Izmir (GPA) – Just days before ballots are set to be cast in the Turkish election, it seems incumbent President Recep Erdogan’s opponent Muharrem Ince might stand a chance.
Muharrem Ince, the Presidential candidate for the Republican People’s Party (CHP) held a massive rally in the city of Izmir on Turkey’s west coast on Thursday. Although numbers for the rally vary, the crowd size for the was estimated to be somewhere between 1.5 and 2.5 million.
At the rally, Ince promised a host of economic reforms to help Turkey such as aid packages for farmers and seniors as well as new longer-term modeled investment in Turkey. He also fired directly on his opponent, saying of the current President, “Erdogan is now a tired man. A lonely man. An arrogant man who peers down on his people.”
Izmir is historically a stronghold of the CHP so it is no surprise to see Ince draw a good sized crowd but the fact that millions attended may be a sign of something larger and Erdogan may have some reason to be getting nervous about Sunday’s vote. Although much of the battle for votes with the AKP will be focused around the party’s rural base, this may still be a sign of a shift in Turkish politics.
According to the latest polls out of Turkey, Erdogan and his Justice and Development party are currently polling between 45 and 48 percent. However, there is some speculation that with the re-emergence of Ince (a long time AKP opponent) and his meteoric rise in the polls, the AKP and their coalition partners in the Nationalist Movement Party (MHP) may fail to reach the majority of the vote necessary to win the presidency outright. If this is the case this would mean there would be a second round of elections in which Erdogan and Ince would be running head to head.
Turkey: approx. 2 500 000 people gather in Izmir for a rally of Muharrem Ince, the presidential candidate of the secularist centre-left CHP. Izmir is a secularist and a CHP stronghold. #muharremince #Izmir pic.twitter.com/iUdGLiL2dB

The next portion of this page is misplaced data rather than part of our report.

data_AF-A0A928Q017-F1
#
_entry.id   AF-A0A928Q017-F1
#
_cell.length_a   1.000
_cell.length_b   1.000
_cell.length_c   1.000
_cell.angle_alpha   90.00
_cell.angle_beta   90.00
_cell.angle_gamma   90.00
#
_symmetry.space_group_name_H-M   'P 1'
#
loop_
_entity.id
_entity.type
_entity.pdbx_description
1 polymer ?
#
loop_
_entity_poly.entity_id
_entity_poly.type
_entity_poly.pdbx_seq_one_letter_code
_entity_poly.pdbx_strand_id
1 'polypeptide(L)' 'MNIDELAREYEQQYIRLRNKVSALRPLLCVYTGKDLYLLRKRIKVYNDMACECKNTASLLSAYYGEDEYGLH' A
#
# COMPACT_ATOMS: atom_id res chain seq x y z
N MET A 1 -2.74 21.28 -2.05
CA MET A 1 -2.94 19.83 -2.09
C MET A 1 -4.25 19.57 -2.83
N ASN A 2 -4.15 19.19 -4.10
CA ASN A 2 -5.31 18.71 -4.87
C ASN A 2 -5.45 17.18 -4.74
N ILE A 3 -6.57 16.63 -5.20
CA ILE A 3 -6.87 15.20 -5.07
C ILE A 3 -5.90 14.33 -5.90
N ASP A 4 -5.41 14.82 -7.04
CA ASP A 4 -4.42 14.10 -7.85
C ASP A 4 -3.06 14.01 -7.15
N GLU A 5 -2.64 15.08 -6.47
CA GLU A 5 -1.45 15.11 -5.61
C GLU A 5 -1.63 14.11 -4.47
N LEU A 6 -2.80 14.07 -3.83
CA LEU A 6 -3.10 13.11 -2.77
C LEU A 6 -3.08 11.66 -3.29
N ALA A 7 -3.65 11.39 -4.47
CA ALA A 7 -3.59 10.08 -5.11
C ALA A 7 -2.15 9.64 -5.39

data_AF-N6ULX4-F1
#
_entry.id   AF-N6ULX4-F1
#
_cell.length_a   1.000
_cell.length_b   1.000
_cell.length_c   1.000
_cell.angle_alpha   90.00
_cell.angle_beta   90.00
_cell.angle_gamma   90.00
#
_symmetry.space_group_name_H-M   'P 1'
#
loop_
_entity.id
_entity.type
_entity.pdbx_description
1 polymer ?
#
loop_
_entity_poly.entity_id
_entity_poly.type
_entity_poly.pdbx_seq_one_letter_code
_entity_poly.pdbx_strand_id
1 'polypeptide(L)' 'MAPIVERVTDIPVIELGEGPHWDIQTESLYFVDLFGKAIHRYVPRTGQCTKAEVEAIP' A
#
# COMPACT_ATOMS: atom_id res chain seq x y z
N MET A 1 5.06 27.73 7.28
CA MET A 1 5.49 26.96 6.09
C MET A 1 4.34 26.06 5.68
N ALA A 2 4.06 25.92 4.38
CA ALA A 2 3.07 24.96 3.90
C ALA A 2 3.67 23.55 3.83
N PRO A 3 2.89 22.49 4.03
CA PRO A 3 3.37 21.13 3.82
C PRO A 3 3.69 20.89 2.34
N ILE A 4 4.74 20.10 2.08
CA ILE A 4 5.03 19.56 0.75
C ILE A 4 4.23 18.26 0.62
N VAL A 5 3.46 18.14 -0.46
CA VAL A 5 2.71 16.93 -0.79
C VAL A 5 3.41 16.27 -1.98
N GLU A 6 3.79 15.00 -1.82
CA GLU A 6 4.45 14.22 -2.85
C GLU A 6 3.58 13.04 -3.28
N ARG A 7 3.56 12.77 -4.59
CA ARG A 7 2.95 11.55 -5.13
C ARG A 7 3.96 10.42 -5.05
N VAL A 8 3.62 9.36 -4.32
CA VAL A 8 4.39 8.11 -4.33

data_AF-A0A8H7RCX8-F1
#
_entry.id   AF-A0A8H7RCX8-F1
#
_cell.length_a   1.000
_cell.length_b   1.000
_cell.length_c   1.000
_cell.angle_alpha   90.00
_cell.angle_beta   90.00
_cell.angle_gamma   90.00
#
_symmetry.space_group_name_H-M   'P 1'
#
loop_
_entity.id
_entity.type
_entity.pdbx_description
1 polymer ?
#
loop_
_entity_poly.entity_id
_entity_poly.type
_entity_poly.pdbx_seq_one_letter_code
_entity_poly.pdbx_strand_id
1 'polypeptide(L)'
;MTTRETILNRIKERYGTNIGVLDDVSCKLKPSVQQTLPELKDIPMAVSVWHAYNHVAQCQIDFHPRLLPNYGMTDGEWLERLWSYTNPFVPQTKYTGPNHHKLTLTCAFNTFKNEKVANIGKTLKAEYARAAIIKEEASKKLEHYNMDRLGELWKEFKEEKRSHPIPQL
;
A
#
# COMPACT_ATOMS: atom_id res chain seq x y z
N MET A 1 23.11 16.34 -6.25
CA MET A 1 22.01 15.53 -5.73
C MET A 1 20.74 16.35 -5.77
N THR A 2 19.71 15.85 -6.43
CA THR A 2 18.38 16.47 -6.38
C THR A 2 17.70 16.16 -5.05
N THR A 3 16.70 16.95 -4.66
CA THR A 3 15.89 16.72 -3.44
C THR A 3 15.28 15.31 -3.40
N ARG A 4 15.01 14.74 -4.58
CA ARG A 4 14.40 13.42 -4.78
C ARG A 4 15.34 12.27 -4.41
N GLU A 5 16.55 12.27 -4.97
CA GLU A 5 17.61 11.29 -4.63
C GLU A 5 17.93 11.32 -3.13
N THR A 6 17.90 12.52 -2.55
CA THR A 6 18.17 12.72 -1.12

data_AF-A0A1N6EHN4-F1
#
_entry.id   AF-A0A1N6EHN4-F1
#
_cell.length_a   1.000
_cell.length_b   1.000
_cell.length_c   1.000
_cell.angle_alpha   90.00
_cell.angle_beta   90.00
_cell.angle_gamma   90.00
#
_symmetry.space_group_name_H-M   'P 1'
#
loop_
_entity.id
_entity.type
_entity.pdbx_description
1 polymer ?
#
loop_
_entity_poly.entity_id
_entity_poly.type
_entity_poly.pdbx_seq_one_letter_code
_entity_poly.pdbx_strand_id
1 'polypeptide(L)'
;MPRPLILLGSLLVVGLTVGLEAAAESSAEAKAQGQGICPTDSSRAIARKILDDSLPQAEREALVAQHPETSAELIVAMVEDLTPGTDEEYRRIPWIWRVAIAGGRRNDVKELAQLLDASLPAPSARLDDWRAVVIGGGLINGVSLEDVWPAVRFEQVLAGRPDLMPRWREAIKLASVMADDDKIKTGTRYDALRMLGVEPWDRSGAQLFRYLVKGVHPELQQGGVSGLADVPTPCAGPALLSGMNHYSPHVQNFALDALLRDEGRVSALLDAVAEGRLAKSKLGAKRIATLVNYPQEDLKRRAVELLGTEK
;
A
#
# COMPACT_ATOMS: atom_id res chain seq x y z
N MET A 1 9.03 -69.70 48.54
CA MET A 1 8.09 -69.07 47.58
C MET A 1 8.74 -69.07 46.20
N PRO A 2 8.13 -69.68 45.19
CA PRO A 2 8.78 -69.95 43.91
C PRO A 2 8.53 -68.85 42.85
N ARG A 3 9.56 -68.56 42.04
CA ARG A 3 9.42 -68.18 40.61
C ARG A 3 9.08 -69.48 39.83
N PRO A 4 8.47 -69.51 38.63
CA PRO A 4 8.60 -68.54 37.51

— Jo Fobelets (@JoFobelets) June 21, 2018
If this ends up being the case and the election does go to a second round with Erdogan below the 50% mark, there is a chance that members of other opposition parties may rally behind the CHP in order to oust Erdogan and the current government. This scenario seemed unlikely until recently when a backlash against Erdogan in public opinion began due to the tumbling Turkish lira.
There is also another unpopular matter underlying this election. This is, of course, the constitutional changes passed by a referendum last year which was marked by accusations of ballot stuffing and changed votes. These proposed changes would provide more power to Erdogan which has caused quite an uproar in Turkey and has even led to Erdogan being challenged from the right by a former member of the AKP-allied MHP, Meral Akşener whose iYi (Good) Party managed to snatch a chunk of the conservative vote of nationalists opposed to the constitutional changes.
Ince may also have some support from the outside since he has also made recent comments about how he stands with Turkey’s traditional allies like NATO and the European Union.
It is still likely Erdogan will have some dirty tricks up his sleeve for this election, including the already announced changes to the voting process, such as soldiers in polling stations and the end of sealing ballots for validation purposes. However, if the opposition to the new imperial Presidency is strong enough within Turkey, Erdogan may have reason to worry that the margins on this election won’t be as easy to manipulate as the close vote on his referendum.